If you have lost the ability to feel your feet, you probably don’t know it. A study of 1,100 people with diabetes aged 61 or more found that more than 90 percent of them were unaware of it.
When you lose feeling in your feet, you have neuropathy, the most common complication of diabetes. The National Diabetes Information Clearinghouse says that between 60 and 70 percent of us have a form of it.
Neuropathy can be painful and even worse than being painful. It leads to 15 percent of us getting foot ulcers, and between 14 and 24 percent of those with a foot ulcer will require amputation, according to the American Diabetes Association’s “Consensus Development Conference on Diabetic Foot Wound Care.”
But We Can Avoid All This
But none of this has to be your fate. We now have an inexpensive and easy way to check our feet so we can take charge of the health of our feet. It’s also clear what we can do to avoid getting diabetic neuropathy, and reversing it is even possible.
We can now use disposable probes called monofilaments to test our feet at home. They are non-invasive and painless. You use them to check for a lack of sensitivity, which can be a warning of diabetic peripheral neuropathy and its consequences.
Until late last year the U.S. government had provided monofilaments through its Lower Extremity Amputation Prevention (LEAP) program. But early this year Medical Monofilament Manufacturing in Plymouth, Massachusetts stepped into the gap. I discovered this when I represented HealthCentral.com at the annual convention of the American Diabetes Association in Boston from June 5 to 9.
There I met Dr. Thomas Hardiman, the company’s medical director. He told me that his company had established a Fit2Walk subsidiary that was beginning to make a new product for those of us who have diabetes so we can understand and take charge of our foot health. But Dr. Hardiman didn’t have any extra kit samples to send me until just now.
Fit2Walk is the only manufacturer of monofilaments that the U.S. Food and Drug Administration has provided 510(k) clearance for the kit to be used by patients as well as health professionals. The main components of the kit are four 10-gram monofilaments. You press the filament to four different areas of each foot for a second or two, pushing hard enough to make it bend. You use one of these disposable probes to check every three months for a year.
In addition to the monofilaments, the kit includes several additional resources. These include instructions for how to do the self-testing, quarterly reminders for testing, a foot mirror to help with the self-testing, tips for proper foot care, and a test results tracker to record the results and to share with your doctor, if you need to. Fit2Walk sells the kits for $33.
I am happy to say that I could feel the probe at all four sites on each foot. And I’ve noted on my calendar to check every three months. If you can’t feel the probe, it means that you are at risk for ulceration and need special care. That also means making an appointment with your doctor as soon as possible.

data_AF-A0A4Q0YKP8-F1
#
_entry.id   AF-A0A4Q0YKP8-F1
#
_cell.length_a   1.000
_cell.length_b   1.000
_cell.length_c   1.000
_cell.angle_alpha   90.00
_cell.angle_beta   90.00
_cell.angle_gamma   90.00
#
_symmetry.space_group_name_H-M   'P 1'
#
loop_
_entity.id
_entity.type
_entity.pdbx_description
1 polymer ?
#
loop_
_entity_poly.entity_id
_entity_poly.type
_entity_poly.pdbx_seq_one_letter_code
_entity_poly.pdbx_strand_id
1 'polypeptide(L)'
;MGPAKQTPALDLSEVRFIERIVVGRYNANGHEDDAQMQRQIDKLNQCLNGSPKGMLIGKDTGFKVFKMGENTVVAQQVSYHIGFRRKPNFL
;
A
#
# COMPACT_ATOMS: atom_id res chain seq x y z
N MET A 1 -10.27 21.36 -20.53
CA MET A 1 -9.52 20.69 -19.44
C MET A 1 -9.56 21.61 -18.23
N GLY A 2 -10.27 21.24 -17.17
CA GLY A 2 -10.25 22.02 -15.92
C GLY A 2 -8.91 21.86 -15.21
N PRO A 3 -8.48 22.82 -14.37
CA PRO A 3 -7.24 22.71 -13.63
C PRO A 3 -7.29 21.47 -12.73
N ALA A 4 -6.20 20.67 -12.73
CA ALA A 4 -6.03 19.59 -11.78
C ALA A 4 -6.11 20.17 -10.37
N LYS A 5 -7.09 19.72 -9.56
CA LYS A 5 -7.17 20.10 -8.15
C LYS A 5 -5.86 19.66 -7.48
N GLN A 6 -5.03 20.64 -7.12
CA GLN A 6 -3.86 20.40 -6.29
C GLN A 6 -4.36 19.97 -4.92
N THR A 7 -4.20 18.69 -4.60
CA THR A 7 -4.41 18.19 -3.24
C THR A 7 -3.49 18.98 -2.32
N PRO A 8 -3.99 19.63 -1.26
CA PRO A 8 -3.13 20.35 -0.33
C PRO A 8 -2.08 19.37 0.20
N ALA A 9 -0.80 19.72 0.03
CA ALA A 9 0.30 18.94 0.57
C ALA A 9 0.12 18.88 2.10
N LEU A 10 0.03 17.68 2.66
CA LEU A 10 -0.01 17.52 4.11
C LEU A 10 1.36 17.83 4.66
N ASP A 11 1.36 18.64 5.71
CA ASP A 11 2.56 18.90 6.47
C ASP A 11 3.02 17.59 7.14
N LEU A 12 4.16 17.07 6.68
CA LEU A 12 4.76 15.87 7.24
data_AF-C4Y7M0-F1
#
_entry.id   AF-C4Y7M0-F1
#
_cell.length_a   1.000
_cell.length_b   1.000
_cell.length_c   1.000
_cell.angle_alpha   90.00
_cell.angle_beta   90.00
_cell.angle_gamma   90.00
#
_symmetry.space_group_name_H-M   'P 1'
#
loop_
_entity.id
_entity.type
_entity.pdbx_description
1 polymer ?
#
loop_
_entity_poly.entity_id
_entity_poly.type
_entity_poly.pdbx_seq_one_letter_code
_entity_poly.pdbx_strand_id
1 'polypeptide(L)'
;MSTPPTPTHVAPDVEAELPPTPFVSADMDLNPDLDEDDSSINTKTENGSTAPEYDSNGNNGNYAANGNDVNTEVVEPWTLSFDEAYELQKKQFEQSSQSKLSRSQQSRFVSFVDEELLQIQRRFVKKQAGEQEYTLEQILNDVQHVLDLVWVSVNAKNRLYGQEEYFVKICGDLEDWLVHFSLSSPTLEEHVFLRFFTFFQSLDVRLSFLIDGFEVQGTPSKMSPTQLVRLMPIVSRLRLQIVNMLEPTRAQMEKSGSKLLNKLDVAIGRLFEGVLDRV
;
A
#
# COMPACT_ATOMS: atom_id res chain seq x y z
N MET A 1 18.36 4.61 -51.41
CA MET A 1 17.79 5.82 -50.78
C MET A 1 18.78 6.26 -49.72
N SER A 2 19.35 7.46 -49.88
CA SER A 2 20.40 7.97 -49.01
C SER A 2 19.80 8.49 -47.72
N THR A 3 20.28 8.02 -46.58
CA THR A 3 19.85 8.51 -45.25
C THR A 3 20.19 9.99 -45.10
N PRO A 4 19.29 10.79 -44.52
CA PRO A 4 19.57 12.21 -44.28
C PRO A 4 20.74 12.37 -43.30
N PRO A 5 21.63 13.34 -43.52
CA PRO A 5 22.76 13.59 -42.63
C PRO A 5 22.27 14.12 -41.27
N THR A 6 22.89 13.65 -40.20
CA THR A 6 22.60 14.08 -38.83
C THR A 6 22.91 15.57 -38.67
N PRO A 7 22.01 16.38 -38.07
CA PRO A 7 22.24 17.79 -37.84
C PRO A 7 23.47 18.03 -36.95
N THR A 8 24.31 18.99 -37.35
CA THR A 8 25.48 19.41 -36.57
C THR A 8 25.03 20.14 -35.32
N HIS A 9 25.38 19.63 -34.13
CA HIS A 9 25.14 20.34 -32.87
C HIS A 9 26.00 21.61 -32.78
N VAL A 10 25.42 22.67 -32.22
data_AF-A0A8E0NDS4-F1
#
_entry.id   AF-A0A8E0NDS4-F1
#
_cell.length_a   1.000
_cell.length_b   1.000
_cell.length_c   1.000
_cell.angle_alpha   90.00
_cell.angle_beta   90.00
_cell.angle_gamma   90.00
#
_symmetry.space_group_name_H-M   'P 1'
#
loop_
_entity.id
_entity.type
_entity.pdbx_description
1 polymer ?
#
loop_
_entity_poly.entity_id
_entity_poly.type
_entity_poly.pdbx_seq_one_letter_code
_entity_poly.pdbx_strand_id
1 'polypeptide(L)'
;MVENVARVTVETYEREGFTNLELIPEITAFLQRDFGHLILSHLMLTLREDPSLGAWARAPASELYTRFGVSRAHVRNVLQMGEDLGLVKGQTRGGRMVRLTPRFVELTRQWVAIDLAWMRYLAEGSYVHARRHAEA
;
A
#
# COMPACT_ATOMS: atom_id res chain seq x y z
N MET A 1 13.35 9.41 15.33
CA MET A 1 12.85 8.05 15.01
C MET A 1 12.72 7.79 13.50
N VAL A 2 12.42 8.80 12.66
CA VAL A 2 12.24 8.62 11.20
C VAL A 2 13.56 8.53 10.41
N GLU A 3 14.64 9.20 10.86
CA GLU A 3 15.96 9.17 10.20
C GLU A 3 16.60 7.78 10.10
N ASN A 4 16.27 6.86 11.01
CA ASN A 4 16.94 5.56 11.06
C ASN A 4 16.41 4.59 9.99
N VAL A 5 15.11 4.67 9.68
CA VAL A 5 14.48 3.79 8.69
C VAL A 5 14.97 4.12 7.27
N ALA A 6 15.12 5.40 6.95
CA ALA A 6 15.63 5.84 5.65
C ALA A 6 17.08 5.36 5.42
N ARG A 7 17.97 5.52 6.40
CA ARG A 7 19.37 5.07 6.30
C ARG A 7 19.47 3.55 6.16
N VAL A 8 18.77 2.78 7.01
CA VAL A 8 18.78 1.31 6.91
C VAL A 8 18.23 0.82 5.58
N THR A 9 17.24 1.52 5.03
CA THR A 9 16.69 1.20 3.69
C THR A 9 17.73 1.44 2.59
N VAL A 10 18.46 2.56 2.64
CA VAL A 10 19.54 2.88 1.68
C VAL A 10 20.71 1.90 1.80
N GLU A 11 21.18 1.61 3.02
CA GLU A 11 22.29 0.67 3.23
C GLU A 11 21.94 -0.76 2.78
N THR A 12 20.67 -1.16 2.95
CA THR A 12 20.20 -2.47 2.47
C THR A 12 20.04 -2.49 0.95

How to Avoid Neuropathy
It’s clear that the only way to avoid diabetic peripheral neuropathy is making sure that your blood sugar stays low. This means keeping your A1C levels below 5.7 all the time.
”The best way to prevent neuropathy is to keep blood glucose levels as close to the normal range as possible,” according to the National Institute of Diabetes and Digestive and Kidney Diseases at “Diabetic Neuropathies: The Nerve Damage of Diabetes.”
How to Reverse Neuropathy
It’s not impossible to reverse diabetic peripheral neuropathy, but only a few people have succeeded, probably because they aren’t able to reduce their blood glucose levels enough. If our blood glucose levels have been elevated for years, as Dr. Richard K. Bernstein said on one of his webcasts, we may have autonomic neuropathy, which is the actual destruction of nerves. If our neuropathy is autonomic, the nerves have to regrow. That takes time, but isn’t impossible.
“In a young, healthy non-diabetic, nerves regrow at the rate of a millimeter a day,” Dr. Bernstein explained. “So to get from the tip of your toe to your spine might be one meter — a thousand millimeters. That would be a thousand days, and if you were in poor health and older, it might be 2000 days.”
Clearly, it’s a lot easier and better to prevent diabetic neuropathy and to reverse it. Getting one of these Fit2Walk kits may be your best way to start.
See more of my articles about how to manage diabetes:
David Mendosa was a journalist who learned in 1994 that he had type 2 diabetes, which he wrote about exclusively. He died in May 2017 after a short illness unrelated to diabetes. He wrote thousands of diabetes articles, two books about it, created one of the first diabetes websites, and published a monthly newsletter, “Diabetes Update.” His very low-carbohydrate diet, A1C level of 5.3, and BMI of 19.8 kept his diabetes in remission without any drugs until his death.